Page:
Failing Our Farmers 
I belong to a small agricultural community in Henry County, Kentucky. My wife and I have a son and daughter, both of whom are farmers. Like all farmers, they are struggling hard and worrying a lot. And I have five grandchildren. If they should wish to do so, I hope they will be able to farm in Henry County, where our family has lived and farmed for 200 years. 

I owe a considerable amount of my agricultural education to my father and my brother. My father was involved from the beginning with the Burly Tobacco Growers Cooperative Association. My brother continues to be involved with that organization -- which, the stigma against tobacco notwithstanding, is an example of a national farm program that has worked for nearly 60 years, to the benefit of small producers, by combining price supports with production control. 

For the past 35 years I have been concerned with the issues of farming and rural decline. Some of my concern has had to do with my failure to understand this nation's farm policy. I'm not referring to any one administration's farm program, but to farm policy as demonstrated by the past 40 or 50 years of accelerating damage. 

We have lost farmers in staggering numbers, mainly because of economic adversity. For generations we have given nothing to farm-raised children but reasons to leave home. Our farm communities have disintegrated everywhere. Ninety percent of our cropland is losing topsoil to erosion faster than the replacement rate. Our failed small farms have been replaced by chemical-dependent monocultures and animal factories, which have become major sources of pollution. Our dependence on immigrant labor and imported food is increasing. Our farm policy, like our energy policy, is simply to use up all we have.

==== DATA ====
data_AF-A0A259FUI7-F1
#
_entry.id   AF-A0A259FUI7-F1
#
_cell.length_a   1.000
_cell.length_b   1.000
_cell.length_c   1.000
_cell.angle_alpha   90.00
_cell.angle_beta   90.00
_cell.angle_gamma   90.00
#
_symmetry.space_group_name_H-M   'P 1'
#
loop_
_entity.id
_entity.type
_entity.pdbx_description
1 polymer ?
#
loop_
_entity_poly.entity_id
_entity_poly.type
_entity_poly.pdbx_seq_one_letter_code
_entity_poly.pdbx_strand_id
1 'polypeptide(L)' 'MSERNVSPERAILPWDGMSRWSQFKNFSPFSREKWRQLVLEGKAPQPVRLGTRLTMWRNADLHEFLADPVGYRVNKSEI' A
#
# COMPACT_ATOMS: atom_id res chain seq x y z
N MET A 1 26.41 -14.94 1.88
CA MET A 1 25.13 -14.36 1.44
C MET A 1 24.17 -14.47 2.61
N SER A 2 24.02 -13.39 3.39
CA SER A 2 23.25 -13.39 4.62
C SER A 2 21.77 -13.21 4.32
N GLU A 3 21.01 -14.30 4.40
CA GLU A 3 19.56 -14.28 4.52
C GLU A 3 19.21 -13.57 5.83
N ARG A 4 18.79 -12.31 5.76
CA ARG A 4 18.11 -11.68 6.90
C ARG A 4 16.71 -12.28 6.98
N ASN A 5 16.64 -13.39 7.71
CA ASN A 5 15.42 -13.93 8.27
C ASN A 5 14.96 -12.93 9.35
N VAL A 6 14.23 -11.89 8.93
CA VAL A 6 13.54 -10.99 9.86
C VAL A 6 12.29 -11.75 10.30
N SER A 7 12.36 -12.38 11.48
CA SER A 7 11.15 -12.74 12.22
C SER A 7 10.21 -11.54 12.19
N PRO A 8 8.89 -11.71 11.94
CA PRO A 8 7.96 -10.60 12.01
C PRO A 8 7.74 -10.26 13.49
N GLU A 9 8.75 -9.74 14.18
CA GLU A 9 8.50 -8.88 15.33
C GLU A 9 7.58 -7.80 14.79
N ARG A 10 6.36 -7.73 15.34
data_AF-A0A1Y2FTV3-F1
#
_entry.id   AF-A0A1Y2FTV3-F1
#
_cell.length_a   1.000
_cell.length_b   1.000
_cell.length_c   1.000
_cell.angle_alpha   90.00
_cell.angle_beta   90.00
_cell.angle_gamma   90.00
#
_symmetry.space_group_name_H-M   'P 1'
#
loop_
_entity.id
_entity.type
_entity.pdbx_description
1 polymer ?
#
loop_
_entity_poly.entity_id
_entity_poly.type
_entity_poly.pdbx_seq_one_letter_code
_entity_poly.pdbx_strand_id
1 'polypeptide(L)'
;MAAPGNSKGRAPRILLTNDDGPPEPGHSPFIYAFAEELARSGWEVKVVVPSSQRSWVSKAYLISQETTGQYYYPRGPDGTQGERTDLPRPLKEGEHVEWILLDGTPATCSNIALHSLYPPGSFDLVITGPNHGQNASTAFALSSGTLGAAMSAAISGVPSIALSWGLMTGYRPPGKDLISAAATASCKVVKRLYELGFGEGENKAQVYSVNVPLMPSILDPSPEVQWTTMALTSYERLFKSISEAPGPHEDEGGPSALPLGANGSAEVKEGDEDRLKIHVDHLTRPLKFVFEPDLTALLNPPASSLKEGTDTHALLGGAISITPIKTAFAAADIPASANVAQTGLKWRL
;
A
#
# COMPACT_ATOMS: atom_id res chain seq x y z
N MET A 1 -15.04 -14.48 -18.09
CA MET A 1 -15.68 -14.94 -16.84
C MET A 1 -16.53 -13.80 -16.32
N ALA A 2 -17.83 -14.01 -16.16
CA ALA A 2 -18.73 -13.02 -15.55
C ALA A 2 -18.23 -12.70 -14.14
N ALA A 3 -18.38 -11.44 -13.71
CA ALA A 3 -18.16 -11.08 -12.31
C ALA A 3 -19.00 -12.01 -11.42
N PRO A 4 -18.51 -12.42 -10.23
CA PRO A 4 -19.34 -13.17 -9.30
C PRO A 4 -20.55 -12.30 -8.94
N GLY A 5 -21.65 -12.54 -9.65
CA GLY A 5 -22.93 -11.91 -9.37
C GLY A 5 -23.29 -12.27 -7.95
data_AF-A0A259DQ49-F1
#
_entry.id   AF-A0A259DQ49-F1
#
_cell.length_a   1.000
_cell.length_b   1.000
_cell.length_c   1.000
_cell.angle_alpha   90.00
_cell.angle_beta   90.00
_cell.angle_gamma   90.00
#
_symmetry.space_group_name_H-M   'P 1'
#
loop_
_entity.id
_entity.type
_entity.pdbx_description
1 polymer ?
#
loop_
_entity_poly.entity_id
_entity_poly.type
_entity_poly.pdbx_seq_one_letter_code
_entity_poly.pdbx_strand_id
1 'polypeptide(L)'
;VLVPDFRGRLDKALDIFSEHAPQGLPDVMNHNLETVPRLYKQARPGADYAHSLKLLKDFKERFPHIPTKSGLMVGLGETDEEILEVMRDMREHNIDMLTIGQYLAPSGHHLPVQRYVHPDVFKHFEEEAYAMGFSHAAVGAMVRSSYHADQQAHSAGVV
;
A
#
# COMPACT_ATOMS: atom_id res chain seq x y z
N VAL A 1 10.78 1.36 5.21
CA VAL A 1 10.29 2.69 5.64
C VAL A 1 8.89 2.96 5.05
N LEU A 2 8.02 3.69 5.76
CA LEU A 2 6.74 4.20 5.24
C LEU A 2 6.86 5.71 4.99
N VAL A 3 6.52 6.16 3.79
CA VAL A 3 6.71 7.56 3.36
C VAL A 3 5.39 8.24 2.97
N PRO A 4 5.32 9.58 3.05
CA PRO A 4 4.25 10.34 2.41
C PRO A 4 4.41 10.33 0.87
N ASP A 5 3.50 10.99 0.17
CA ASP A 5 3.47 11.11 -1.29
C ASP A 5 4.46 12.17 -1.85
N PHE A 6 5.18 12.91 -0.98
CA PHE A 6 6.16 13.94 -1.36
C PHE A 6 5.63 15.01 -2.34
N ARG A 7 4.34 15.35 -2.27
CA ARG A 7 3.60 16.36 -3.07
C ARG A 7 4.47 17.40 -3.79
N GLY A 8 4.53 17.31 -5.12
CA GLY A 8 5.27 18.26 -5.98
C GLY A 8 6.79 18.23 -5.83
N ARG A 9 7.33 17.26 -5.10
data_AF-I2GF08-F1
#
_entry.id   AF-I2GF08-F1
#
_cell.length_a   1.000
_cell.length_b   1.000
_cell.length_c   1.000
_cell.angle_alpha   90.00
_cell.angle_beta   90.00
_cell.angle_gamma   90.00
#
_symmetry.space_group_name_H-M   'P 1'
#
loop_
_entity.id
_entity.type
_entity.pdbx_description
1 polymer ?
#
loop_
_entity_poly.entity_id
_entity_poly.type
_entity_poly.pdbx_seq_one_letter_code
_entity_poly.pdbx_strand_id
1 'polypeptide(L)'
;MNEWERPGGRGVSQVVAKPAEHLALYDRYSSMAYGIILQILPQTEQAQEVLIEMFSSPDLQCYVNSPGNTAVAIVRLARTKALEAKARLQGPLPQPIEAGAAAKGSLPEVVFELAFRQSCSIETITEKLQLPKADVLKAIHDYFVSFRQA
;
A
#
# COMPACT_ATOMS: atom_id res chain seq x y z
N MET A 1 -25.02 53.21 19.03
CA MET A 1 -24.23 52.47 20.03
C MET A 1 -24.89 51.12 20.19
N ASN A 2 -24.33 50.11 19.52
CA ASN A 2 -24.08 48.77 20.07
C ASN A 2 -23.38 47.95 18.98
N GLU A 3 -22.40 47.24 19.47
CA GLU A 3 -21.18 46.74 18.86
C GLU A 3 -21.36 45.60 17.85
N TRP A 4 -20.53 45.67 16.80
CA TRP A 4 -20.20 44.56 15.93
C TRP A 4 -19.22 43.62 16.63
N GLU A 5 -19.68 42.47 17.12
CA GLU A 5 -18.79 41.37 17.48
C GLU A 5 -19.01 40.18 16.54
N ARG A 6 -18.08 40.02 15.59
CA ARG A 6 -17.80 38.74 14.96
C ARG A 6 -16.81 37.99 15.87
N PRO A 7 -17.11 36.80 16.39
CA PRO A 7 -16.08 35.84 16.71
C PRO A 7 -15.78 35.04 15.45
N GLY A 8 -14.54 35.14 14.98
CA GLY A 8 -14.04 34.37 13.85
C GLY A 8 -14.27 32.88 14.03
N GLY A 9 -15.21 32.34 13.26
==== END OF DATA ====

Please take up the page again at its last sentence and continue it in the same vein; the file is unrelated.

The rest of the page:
A policy that destroys farmers and farmland cannot be acceptable in agricultural terms. It also directly contradicts our goal of national defense. A country that is heedlessly destroying its capacity to feed itself cannot be defended. 

And a destructive agricultural economy is profoundly undemocratic. Thomas Jefferson thought that the "small landholders" were "the most precious part of a state," and he thought governments should give priority to their survival. But increasingly since World War II, our Government's manifest policy has been to get rid of them. And the Democratic Party, the "party of Jefferson," traditionally a friend to farmers, has become just as complicit in this policy as the other party. 

In the 1950's, Secretary of Agriculture Ezra Taft Benson said to the farmers, "Get big or get out." Twenty years later, Secretary of Agriculture Earl Butz was telling them, "Adapt or die" -- and he meant that they must adapt to the economics of agribusiness, in which the ruin of farmers and farmland has always been implicit. Those are two of the most ignorant, undemocratic and heartless things ever said to the free citizens of a democracy. And they were said virtually without dissent from anybody in Government. 

But if that economic Darwinism is acceptable in agriculture, why is it not acceptable also in public health, or in the courts, or in national defense? And why do we bail out failing corporations and foreign governments? Why should the Government not just fold its hands and allow the strong to survive and the weak to perish? 

I am proudly an American democrat. I am also a believer in the gospel of neighborly love. And I don't think that "Get big or get out" and "Adapt or die" are appropriate Government policies. 

I cannot see why a healthful, dependable, ecologically sound farm-and-farmer-conserving agricultural economy is not a primary goal of this country. I know that I am not alone, and that farmers are not alone, in wishing to see such a policy. A rapidly increasing number of urban consumers also wish to see it. 

Any politicians who now think that only farmers care about farming or have an interest in it are wrong. They will have to think again. 


Wendell Berry is a farmer and writer whose latest book of essays is ``Another Turn of the Crank.''

See, Michael Pollan, Open Letter to the Next Farmer-in-Chief, October 2008

White House Garden, April 2009